I'm going to switch tracks for a day or so and return to a topic I've visited only rarely in the past: advice to aspiring authors. It goes like this:
It never gets easier.
1. Writing the book has got to be the easiest part of the process. I mean... seriously, all you have to do is sit there and write. I know there are lots of people who think that's difficult, but it really isn't... and any published author who tells you otherwise is just trying to magnify their sense of accomplishment.
Just do the numbers game and you'll see what I mean. If you assume that an average-ish book is about 85,000 words long, and you sit down and write 500 words per day (although I am not finished with this yet, I'll predict this blog post will contain more than 500 words) -- which, for me, takes maybe an hour, tops -- you will have a book-length manuscript completed in about 6 months.
No big deal. Now, I'm also not saying that your book will necessarily be good. That's another thing all together... and, I'll be honest, most of the end results of Step One are not very good at all.
But, what the heck, this is the easy part: just getting the thing written. So, go ahead and quit. Tell yourself you can't do it. I don't really care. But, mark my words, it's the easiest part of the entire trip.
2. Getting an agent, for most first-time authors, is the step they'll say is the hardest part. Why do they say that? Because they've already completed the first step and they know how easy it was to just write a book. Most (but not all) agents serve to cull out the true crap from the stuff that actually may stand a chance of getting published, so they are very picky and difficult to impress.
After all, agents see hundreds or thousands of "Step Ones" every month.
So what do a lot of writers do? They end up spending more time trying to craft a really hooky and enticing query letter (I've always been uncomfortable with that term), which is how they try to get an agent's attention. At this point, if an agent asks to see a "Step One," they generally find that it has none of the qualities exhibited by the prose of the query (which the author probably had LOTS of help with and spent LOTS of time on.... unlike the 500 words per day effort they put into Step One).
But, if a writer does land representation from a REAL agent, they will always tell you that Step Two was WAYYYYYYY harder than step one.
[Let me digress for a moment: none of this actually happened to or pertains to my personal experience, which I don't want to write about. So if you happen to be a stuck-on-yourself-impressed-by-the-magnitude-of-your-accomplishment published author who wants to post a comment about how agents aren't necessary and you skipped step two, go right ahead. It still doesn't get any easier, Hemingway.]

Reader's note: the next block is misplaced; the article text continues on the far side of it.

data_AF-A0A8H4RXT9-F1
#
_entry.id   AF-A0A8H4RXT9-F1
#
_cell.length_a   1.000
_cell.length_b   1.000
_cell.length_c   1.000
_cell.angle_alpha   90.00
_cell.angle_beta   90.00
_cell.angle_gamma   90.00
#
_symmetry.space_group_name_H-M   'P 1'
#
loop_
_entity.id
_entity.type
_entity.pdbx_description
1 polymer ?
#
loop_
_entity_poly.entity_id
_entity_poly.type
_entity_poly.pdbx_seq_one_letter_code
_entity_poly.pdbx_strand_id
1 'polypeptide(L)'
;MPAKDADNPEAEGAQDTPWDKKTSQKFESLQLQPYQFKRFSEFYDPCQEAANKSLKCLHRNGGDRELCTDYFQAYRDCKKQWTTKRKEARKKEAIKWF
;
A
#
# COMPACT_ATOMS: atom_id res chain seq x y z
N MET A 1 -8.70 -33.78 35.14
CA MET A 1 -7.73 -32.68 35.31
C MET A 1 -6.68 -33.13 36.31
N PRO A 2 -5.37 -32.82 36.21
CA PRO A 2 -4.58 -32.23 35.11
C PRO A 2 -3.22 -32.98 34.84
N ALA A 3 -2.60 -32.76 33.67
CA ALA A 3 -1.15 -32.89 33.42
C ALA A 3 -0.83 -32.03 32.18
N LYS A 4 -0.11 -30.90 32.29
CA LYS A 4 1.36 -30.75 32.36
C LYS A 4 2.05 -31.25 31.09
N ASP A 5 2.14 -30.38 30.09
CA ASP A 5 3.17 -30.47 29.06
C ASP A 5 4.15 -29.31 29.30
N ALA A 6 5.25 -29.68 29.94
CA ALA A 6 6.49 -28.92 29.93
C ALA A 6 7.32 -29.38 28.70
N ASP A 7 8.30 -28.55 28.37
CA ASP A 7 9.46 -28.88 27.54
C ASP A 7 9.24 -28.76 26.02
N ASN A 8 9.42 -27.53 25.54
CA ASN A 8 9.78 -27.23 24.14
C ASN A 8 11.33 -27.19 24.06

3. Making a deal. Now that you've gone through Step One (easiest) and Step Two (difficult), your agent is ready to take your work and pitch it to acquisitions people in New York. If they're not taking it to New York, it's because your agent realizes this step is going to be too hard for you, your Step One, and your agent.
So let's say that it's not impossible. Step Three is now the hardest part.
See? It's not getting any easier.
This is the gut-wrenching, why-does-it-take-fucking-forever step where frequently an author will consider things like how messy shooting himself in the fucking head will be. It seems like once an offer has been made that clocks stop and nothing happens for months before the contracts actually appear on your doorstep.
Oh yeah... you're not the only person in the world who made it to this step, Shakespeare... which, by the way, is harder than steps one and two, and it's why nobody seems to care about you, your agent, or your Step One while you are on HOLD.
Okay. Get the picture?
It doesn't ever get easier.
(By the way-- 600+ words in about 30 minutes. But I always say BLOGGING IS NOT WRITING)
4. Revisions come after the contracts are signed and they put you on a schedule for publication. Generally, your pub date will be a year or two down the road from Step Three. If you live that long.
Waiting is not as easy as steps one through three, and for most first-time-authors, they get so caught up in the stress and agony of waiting that they do not write during this time... even though writing is the GODDAMNED EASIEST PART.
When you do get to the revisions part, some authors really take suggestions for change personally and think they are involved in some kind of ego contest between themselves and their editor.
You're on the same team.
Again, this has nothing to do with my own experience. On my own path to publication, the revision part has been harder than the preceding steps because I get completely neurotic and hung up on everything during this time. I don't sleep, am very difficult and pouty, and usually wish I could be at step one but I'm not because I have goddamned revisions to do and I want my book to be perfect.
In the mean time, everything else that allegedly is going on in my life becomes chaotic and mismanaged because I can't pay attention to anything except the object sitting on my desk that is the source of my sleep-deprivation, so things get out of control and the little failures begin piling up and I take them all incredibly personally because, after all, I own them and I wonder why the hell I ever did this in the first place.
And then... I'll get an email from someone out of the blue telling me that they want to write novels... and, oh, by the way, it seems like writing a book is really difficult.
There. Nearly 1,000 words in about 40 minutes. At this rate, I could write a novel in about two-and-a-half days, straight, no sleep.
By the way, next month is NaNoWriMo. If you don't know what that is, look it up. Maybe I'll give it a shot, just for the hell of it. It's as easy as...